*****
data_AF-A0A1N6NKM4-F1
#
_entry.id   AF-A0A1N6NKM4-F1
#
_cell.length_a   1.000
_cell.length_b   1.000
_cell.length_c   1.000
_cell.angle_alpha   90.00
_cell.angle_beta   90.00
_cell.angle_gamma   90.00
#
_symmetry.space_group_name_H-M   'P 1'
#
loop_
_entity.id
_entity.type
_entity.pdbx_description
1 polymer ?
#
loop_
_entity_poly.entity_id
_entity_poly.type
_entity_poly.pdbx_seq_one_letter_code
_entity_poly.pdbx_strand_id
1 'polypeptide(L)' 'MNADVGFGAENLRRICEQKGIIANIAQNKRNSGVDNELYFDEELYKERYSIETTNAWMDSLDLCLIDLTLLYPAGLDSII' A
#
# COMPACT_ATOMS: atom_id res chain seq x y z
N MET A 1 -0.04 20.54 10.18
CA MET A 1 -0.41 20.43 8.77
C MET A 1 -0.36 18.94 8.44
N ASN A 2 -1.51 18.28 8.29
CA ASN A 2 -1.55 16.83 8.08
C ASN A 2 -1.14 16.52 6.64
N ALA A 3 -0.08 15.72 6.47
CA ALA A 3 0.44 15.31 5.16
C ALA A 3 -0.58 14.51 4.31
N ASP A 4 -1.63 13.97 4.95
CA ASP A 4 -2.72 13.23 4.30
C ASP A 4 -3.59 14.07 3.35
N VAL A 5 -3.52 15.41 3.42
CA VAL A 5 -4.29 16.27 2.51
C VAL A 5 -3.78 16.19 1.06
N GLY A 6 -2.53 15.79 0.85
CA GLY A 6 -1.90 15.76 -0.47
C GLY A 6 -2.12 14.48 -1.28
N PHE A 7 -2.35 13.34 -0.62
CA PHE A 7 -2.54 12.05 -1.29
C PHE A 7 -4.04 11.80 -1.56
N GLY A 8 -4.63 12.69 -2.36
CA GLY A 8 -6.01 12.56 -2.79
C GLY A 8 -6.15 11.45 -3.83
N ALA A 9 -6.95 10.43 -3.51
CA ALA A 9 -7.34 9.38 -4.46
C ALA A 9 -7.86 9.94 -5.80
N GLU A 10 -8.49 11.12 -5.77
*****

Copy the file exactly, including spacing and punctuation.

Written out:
data_AF-A0A1N6NKM4-F1
#
_entry.id   AF-A0A1N6NKM4-F1
#
_cell.length_a   1.000
_cell.length_b   1.000
_cell.length_c   1.000
_cell.angle_alpha   90.00
_cell.angle_beta   90.00
_cell.angle_gamma   90.00
#
_symmetry.space_group_name_H-M   'P 1'
#
loop_
_entity.id
_entity.type
_entity.pdbx_description
1 polymer ?
#
loop_
_entity_poly.entity_id
_entity_poly.type
_entity_poly.pdbx_seq_one_letter_code
_entity_poly.pdbx_strand_id
1 'polypeptide(L)' 'MNADVGFGAENLRRICEQKGIIANIAQNKRNSGVDNELYFDEELYKERYSIETTNAWMDSLDLCLIDLTLLYPAGLDSII' A
#
# COMPACT_ATOMS: atom_id res chain seq x y z
N MET A 1 -0.04 20.54 10.18
CA MET A 1 -0.41 20.43 8.77
C MET A 1 -0.36 18.94 8.44
N ASN A 2 -1.51 18.28 8.29
CA ASN A 2 -1.55 16.83 8.08
C ASN A 2 -1.14 16.52 6.64
N ALA A 3 -0.08 15.72 6.47
CA ALA A 3 0.44 15.31 5.16
C ALA A 3 -0.58 14.51 4.31
N ASP A 4 -1.63 13.97 4.95
CA ASP A 4 -2.72 13.23 4.30
C ASP A 4 -3.59 14.07 3.35
N VAL A 5 -3.52 15.41 3.42
CA VAL A 5 -4.29 16.27 2.51
C VAL A 5 -3.78 16.19 1.06
N GLY A 6 -2.53 15.79 0.85
CA GLY A 6 -1.90 15.76 -0.47
C GLY A 6 -2.12 14.48 -1.28
N PHE A 7 -2.35 13.34 -0.62
CA PHE A 7 -2.54 12.05 -1.29
C PHE A 7 -4.04 11.80 -1.56
N GLY A 8 -4.63 12.69 -2.36
CA GLY A 8 -6.01 12.56 -2.79
C GLY A 8 -6.15 11.45 -3.83
N ALA A 9 -6.95 10.43 -3.51
CA ALA A 9 -7.34 9.38 -4.46
C ALA A 9 -7.86 9.94 -5.80
N GLU A 10 -8.49 11.12 -5.77